When it comes to size, the F-22 is the larger plane in every facet – wingspan, takeoff weight, height, etc. But by how much? The F-22 Raptor’s wingspan is 44 feet, 6 inches wide compared to only 35 feet wide of the F-35 Lightning II. The Raptor’s maximum takeoff weight is 83,500 pounds, nearly seven tons heavier than the Lightning II;s maximum takeoff weight of 70,000 pounds. From the tire to the top, the F-22 stands at 16 feet, 4 inches. The F-35 is 14 feet tall. The F-22 is 61 feet one inch long. The F-35 is 50.5 feet long.
The F-35, designed for a more versatile engagement approach, has a unique weapons bay. The bay on the F-35 is deeper and narrower than the F-22, in order to carry heavier bombs mean for air-to-ground combat. The F-35 can carry any of the following air-to-ground bombs: AIM-120 AMRAAM, AIM-132 ASRAAM Brimstone anti-tank missiles, cluster munitions, Joint Direct Attack Munition and Paveway series of bombs. Some of these weigh up to 2,000 pounds. The heaviest bomb an F-22 can handle is 1,000 pounds.
The U.S. Air Force declared the necessity for a stealthy interceptor back in 1986. The missions and concepts changed several times over the years as several different contractors jockeyed for selection by the USAF. F-22’s officially entered service in 2005. But it remained on the sidelines until 2014, when four F-22’s from the 1st Fighter Wing, flying out of Joint Base Langley-Eustis, in Hampton, Virginia entered combat in Syria.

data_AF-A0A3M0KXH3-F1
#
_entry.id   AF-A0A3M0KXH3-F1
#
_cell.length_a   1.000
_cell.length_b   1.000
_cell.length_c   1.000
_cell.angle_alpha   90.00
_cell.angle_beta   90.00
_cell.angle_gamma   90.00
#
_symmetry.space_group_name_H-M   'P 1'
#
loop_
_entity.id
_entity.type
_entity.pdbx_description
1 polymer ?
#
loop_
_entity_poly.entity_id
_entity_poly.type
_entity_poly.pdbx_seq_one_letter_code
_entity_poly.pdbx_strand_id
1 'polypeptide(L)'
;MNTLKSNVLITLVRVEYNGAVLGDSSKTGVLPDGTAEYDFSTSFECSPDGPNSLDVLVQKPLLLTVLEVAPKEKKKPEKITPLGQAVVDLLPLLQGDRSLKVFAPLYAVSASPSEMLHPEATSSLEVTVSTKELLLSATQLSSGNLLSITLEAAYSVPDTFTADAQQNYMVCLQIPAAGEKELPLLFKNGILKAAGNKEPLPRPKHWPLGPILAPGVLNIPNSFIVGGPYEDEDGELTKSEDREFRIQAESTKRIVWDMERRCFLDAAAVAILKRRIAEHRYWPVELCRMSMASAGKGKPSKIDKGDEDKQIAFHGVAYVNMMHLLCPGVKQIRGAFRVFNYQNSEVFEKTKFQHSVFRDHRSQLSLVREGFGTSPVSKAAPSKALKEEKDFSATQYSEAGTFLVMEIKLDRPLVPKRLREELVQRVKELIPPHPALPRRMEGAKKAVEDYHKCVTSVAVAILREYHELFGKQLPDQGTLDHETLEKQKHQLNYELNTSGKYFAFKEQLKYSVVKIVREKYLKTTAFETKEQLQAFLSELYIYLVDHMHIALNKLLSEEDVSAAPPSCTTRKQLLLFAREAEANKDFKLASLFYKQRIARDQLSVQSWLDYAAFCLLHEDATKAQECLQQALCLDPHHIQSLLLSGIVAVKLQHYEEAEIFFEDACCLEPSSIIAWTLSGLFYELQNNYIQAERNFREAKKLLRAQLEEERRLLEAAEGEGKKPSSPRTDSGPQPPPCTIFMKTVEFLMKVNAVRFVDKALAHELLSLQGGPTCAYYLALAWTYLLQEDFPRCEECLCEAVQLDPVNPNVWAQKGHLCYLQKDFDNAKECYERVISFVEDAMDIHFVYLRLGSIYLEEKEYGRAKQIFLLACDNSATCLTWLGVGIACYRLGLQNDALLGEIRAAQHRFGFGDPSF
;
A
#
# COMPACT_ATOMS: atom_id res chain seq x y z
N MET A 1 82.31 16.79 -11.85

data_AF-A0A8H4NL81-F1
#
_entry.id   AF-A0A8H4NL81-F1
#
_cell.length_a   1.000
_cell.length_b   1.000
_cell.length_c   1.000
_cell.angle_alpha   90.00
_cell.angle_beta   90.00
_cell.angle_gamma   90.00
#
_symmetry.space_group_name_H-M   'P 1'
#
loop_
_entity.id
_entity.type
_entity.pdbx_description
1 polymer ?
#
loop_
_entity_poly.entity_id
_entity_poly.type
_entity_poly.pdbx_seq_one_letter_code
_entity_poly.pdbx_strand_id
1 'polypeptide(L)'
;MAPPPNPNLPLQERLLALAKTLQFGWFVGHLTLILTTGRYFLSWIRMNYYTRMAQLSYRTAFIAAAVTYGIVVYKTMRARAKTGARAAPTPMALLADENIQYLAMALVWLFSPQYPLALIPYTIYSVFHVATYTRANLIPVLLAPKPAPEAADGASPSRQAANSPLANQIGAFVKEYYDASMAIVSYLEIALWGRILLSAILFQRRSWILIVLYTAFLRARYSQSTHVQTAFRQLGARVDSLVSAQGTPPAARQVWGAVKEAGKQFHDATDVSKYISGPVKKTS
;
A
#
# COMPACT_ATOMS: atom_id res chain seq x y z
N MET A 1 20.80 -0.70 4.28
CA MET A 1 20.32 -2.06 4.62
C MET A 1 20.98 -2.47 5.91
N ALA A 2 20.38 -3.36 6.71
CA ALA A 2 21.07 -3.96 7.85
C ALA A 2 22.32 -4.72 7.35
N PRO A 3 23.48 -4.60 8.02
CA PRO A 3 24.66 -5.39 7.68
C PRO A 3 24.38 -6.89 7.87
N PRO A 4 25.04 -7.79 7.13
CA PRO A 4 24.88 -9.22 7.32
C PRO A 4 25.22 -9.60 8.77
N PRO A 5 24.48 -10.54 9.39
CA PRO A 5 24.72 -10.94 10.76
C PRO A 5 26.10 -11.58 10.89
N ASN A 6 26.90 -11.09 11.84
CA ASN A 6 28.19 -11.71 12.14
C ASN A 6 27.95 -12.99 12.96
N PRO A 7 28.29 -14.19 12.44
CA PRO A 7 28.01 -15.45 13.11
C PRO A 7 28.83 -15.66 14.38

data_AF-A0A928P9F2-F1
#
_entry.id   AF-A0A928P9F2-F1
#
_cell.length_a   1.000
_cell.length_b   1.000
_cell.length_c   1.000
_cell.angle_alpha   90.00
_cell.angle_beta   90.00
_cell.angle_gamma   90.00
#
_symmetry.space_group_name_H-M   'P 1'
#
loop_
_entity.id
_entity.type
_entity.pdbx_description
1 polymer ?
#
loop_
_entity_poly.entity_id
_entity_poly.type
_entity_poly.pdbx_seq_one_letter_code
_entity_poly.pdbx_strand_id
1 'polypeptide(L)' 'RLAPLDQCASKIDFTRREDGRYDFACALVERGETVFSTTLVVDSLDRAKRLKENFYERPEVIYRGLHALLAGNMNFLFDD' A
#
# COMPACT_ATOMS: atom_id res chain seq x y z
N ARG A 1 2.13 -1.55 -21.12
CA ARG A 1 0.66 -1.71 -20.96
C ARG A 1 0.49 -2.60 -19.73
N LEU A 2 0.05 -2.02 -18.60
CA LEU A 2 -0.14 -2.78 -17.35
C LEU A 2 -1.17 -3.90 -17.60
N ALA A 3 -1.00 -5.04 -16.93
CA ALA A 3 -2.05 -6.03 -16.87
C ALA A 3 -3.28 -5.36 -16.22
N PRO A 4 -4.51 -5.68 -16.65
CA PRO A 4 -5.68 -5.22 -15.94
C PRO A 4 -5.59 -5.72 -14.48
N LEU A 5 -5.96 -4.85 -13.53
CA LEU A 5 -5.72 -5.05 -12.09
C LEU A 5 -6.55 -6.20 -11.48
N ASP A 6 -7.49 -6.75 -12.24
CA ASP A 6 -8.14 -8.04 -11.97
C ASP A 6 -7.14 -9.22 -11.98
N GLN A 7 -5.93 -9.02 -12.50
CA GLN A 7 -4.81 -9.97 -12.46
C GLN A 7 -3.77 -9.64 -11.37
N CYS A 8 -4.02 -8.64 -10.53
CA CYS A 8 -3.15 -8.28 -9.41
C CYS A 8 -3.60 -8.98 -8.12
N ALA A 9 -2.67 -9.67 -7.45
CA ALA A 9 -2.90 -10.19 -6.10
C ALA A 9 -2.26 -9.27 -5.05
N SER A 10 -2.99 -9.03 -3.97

The origin of the Joint Strike Fighter dates back to 1994, when the Marine Corps scrapped any plans to revamp the AV-8B Harrier. Due to large costs of designing unique aircrafts for each branch of the military, the Department of Defense mandated that the U.S. Marine Corps, Air Force and Navy work together to create a single fighter. Thus, the Joint Strike Fighter Program. The F-35A reached Initial Operational Capability in 2014, and hasn’t seen any combat service with the U.S., yet. Israel was the first country to send an F-35 on a combat mission in 2018.
Shrouded in secrecy, the F-22 program made it clear from the get-go that the Raptor was a U.S. machine only. The F-35 on the other hand, is much more of a global citizen. Production of the F-22 is limited strictly to the United States, specifically Lockheed Martin’s Inlet Coating Repair (ICR) Speedline facility in Marietta, Ga. The F-35 is comprised of parts from over a thousand separate subcontractors all over the world. It’s final production sites are in Fort Worth, Texas, Cameri, Italy and Nagoya, Japan.